Bitcoin is used in donations for several political campaigns, in many places. While some of the places are continuing the practice, many others have banned bitcoin donations. In very recent, California banned use of the bitcoin for donation purposes in the political campaigns.
Fair Political Practices Commission (FPPC) of California, comprised of five members, is in charge of looking after the political processes by effectively administrating the Political Reform Act of 1974. The commission, comprised of four member at that moment, voted 3-1 against the bitcoin donations and therefore banned it. The commission pointed out that due to the difficulty faced while tracking the donations and their origin, transparency issues are likely to rise. Michael Tozoni, bitcoin economist, investor, and entrepreneur, told BlockPublisher his take on involving bitcoin in politics. He said:
I suspect bitcoin will eventually be very popular for paying politicians under the table, since you can just meet a politician, give them twelve words to write down, and by that give them millions of dollars without anyone knowing.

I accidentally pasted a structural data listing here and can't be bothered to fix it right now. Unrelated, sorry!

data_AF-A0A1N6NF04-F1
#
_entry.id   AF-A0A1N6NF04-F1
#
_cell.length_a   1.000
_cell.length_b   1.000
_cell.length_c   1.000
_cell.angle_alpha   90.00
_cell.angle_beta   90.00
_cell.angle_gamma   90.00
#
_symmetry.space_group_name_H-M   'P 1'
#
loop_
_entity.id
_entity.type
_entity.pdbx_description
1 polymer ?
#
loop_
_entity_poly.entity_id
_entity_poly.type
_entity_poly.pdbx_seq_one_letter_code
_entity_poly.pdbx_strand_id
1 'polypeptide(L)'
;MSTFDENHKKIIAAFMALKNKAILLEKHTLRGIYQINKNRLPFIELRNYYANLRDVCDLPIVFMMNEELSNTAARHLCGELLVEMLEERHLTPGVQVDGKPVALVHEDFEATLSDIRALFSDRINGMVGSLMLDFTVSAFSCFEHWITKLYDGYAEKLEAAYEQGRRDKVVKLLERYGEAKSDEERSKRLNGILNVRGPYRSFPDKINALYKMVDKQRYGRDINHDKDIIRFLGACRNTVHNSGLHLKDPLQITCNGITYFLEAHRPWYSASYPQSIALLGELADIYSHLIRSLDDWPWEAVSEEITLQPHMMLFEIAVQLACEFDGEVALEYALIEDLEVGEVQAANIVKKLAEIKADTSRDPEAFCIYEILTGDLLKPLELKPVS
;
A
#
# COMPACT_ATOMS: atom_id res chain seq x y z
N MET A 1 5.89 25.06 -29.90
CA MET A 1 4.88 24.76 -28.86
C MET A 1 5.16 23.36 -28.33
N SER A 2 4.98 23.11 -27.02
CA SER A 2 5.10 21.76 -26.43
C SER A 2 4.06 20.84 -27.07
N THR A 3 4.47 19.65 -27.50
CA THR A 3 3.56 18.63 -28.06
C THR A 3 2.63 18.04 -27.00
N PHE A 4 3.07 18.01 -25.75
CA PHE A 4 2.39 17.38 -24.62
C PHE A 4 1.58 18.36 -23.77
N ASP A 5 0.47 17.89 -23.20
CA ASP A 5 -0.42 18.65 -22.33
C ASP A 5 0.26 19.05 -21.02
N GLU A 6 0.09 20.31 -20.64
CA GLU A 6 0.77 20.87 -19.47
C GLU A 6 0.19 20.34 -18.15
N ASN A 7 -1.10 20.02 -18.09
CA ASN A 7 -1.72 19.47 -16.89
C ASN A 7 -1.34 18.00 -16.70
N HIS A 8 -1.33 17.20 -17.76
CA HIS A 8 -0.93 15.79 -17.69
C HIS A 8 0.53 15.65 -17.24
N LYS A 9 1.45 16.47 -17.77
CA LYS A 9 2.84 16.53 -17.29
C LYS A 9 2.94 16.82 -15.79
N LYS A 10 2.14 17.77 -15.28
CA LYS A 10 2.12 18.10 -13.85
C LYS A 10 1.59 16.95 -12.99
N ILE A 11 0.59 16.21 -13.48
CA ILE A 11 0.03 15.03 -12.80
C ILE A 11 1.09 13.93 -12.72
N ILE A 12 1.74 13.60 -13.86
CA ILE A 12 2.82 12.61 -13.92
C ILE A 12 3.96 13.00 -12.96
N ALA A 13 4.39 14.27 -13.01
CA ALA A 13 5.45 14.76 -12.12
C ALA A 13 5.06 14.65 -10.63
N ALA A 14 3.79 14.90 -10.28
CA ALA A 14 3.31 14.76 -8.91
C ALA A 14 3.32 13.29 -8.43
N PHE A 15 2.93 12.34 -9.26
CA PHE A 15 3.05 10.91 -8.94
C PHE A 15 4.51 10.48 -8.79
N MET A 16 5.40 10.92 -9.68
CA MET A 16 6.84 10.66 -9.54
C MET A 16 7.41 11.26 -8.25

While FPPC has banned bitcoin donations, Federal Elections Commission (FED) still allows federal candidates to accept donations of less than $100 worth in the form any cryptocurrency. Previously, the Wisconsin Ethics Commission worked out the matters in Wisconsin by limiting cryptocurrency donations and allowing not more than $100 worth donation. Larger amounts were suggested to be channeled through the banks.
In Taiwan, cryptocurrency made its way in to the political campaign. Hsiao Hsin-chen, a candidate for Taipei City Council, marked the first ever involvement of cryptocurrency in political campaign by accepting bitcoin donations. He received bitcoin of NT$10,000 worth after declaring bitcoin donations acceptable on his Facebook account. Hsiao Hsin-chen suggested that bitcoin donations can maintain a clean political system in Taiwan. As bitcoin provides transparency, bitcoin donations can introduce transparency in politics with the aid of blockchain technology, that makes forging of donations very difficult.
At the moment, Taiwan has not regulated the use of cryptocurrencies yet. Bitcoin donations are considered as non-cash political donation, therefore, subjected to all rules and regulations associated with non-cash donations. Under Political Donations Act, non-cash donation can’t exceed NT$10,000. If the amount increases than the threshold mentioned, then politicians have to return the excess amount to the donor or hand it over to the state.
As bitcoin prices fluctuate over time, the criteria of estimating the worth of donations remains unclear. With the acceptance of bitcoin donations, the problem of estimating worth of digital currency arises that may introduce complications in the system. In future, we will see how this problem is addressed by different countries.